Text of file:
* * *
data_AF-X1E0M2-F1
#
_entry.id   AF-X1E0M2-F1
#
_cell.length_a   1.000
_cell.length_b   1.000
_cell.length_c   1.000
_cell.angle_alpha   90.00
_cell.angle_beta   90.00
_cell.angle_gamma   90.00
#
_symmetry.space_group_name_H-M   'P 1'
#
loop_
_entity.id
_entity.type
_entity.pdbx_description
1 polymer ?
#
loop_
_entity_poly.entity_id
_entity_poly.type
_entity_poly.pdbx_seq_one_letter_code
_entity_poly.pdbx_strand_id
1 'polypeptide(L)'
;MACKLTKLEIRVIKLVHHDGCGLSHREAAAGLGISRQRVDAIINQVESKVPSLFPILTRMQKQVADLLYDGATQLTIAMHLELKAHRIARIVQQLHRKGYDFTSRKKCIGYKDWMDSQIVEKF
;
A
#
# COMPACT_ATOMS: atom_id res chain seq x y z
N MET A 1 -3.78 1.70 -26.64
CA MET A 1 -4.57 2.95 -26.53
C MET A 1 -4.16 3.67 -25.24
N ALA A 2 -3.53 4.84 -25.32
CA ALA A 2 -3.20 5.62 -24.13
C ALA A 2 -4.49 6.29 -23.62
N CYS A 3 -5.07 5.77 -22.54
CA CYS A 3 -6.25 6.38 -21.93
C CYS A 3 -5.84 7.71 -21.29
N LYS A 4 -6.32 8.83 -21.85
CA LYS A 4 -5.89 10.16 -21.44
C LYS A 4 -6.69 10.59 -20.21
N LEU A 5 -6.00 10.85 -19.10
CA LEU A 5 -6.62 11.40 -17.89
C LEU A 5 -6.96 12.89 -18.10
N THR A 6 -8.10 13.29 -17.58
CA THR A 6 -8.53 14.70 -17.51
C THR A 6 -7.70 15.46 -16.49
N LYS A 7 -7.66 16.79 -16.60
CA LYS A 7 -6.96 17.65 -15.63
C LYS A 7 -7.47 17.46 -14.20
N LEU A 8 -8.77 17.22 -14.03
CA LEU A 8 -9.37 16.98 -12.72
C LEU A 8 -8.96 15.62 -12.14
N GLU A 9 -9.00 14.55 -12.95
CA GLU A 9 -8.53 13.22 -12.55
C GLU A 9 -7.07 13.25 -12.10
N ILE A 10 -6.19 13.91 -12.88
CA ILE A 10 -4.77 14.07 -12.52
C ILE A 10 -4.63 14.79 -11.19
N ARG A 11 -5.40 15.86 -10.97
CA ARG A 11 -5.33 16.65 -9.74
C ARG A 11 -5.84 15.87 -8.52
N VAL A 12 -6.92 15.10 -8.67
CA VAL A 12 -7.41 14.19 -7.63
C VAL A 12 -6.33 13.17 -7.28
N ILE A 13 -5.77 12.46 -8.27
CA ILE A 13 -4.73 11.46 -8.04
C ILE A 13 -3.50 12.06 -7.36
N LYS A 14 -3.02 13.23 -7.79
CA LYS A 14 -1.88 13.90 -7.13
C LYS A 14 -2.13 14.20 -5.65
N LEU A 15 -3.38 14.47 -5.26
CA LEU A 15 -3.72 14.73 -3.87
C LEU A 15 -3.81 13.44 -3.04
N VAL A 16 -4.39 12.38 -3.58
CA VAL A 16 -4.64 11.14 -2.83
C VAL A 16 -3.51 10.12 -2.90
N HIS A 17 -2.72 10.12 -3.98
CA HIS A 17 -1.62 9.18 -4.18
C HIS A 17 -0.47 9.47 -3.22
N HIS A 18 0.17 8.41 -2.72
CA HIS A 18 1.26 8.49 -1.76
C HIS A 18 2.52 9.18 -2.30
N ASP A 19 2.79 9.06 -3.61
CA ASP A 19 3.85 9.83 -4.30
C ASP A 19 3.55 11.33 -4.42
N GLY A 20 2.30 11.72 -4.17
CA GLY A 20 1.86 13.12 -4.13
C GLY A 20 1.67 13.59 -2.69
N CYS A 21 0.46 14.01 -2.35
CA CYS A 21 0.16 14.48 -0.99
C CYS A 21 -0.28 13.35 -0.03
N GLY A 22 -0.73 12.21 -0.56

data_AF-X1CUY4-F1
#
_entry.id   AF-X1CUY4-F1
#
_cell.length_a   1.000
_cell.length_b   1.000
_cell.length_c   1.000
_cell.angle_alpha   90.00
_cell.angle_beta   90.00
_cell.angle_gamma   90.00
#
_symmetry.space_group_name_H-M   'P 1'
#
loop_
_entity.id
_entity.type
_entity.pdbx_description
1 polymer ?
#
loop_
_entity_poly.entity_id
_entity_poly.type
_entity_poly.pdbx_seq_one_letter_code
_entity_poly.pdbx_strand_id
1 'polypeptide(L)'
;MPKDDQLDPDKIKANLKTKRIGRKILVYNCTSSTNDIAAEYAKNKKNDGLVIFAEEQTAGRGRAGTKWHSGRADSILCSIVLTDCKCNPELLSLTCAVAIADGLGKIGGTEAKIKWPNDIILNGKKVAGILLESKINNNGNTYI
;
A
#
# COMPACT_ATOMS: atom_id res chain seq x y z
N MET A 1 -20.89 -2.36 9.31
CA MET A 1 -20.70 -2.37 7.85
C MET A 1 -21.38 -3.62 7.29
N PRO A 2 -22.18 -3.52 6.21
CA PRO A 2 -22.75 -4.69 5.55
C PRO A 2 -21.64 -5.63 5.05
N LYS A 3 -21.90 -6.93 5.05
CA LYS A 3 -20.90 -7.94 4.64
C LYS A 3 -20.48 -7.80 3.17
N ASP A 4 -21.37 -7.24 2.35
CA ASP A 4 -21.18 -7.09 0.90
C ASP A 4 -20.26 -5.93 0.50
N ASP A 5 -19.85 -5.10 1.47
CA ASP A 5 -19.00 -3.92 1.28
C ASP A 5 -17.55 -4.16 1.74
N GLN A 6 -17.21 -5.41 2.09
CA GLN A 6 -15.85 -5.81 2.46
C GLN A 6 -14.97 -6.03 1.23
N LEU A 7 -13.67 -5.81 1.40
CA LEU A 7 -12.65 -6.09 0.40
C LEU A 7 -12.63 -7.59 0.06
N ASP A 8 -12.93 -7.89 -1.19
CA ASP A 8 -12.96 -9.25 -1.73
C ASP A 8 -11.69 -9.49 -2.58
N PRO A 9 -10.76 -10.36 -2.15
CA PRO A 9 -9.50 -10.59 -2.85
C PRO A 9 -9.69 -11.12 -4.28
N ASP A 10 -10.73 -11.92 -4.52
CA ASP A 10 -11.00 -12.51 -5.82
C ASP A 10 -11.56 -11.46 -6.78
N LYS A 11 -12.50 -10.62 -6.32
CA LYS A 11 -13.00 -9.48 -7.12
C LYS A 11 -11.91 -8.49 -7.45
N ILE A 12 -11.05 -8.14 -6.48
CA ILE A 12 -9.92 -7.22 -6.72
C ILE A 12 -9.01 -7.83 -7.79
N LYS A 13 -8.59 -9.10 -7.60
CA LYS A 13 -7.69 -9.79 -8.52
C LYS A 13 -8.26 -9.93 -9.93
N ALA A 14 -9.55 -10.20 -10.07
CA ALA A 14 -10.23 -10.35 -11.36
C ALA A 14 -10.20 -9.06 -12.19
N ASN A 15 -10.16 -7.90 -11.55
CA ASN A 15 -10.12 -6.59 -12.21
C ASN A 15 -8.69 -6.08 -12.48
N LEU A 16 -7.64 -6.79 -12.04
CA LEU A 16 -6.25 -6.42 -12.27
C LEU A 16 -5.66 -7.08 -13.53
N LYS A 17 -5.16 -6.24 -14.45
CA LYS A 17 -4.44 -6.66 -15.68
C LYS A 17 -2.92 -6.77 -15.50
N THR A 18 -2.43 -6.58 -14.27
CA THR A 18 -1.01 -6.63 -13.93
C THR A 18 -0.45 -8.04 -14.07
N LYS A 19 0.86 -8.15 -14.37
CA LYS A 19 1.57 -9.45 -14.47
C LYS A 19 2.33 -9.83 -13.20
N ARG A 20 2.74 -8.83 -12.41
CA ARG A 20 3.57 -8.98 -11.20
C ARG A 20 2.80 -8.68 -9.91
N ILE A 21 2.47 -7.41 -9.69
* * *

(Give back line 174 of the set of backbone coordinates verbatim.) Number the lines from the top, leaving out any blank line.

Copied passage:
CA LYS A 17 -4.44 -6.66 -15.68